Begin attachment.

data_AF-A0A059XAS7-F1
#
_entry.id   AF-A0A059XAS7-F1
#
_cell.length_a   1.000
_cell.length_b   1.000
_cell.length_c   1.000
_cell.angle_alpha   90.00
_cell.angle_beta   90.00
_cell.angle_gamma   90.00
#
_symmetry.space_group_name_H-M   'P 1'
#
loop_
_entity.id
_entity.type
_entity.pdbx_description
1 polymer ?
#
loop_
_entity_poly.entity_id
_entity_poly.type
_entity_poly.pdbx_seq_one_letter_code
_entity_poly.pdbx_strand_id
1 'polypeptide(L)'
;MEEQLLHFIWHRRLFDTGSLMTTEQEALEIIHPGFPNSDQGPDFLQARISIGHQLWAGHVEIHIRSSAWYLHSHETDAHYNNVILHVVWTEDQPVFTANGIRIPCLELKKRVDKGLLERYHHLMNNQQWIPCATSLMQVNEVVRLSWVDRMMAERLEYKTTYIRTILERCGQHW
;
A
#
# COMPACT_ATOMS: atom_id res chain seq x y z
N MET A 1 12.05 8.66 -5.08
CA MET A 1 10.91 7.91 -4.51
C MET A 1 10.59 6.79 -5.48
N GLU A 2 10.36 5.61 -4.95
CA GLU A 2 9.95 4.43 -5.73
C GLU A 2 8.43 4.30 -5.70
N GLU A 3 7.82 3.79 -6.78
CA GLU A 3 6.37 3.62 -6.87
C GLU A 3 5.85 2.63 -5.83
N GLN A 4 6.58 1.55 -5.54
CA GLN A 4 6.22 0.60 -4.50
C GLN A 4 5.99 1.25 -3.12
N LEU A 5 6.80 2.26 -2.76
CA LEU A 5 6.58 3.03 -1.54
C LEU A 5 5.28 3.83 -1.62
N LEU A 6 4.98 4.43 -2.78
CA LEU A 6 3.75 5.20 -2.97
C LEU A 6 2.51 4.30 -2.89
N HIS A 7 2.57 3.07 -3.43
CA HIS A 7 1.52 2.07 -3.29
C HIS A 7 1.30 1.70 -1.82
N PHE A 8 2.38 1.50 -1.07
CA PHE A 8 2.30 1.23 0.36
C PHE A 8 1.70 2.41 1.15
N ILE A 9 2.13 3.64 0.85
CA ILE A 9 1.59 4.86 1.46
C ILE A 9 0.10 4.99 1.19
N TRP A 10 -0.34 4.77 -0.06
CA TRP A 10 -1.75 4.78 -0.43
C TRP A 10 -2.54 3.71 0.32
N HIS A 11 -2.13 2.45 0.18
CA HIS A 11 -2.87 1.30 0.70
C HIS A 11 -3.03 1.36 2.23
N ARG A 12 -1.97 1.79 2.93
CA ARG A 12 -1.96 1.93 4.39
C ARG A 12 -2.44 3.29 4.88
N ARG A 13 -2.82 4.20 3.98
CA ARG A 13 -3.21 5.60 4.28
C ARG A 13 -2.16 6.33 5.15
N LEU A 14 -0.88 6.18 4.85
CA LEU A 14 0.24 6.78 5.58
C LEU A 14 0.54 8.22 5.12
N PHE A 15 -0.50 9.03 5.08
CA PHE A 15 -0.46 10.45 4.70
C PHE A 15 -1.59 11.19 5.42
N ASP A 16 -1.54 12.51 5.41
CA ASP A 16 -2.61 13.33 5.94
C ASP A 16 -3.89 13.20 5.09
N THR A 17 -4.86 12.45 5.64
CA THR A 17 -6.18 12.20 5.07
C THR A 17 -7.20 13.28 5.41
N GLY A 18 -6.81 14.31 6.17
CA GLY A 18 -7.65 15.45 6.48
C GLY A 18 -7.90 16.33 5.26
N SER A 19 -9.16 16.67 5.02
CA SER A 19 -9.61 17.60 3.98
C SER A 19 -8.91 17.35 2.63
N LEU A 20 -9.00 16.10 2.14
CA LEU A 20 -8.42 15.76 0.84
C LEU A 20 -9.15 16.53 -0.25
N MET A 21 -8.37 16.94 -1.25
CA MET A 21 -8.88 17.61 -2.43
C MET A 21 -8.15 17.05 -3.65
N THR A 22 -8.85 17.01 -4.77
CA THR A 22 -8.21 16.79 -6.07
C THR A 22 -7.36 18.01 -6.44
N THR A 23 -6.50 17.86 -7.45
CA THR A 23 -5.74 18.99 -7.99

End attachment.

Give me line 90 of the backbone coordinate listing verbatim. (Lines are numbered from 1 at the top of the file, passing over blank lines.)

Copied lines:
C LEU A 20 -9.15 16.53 -0.25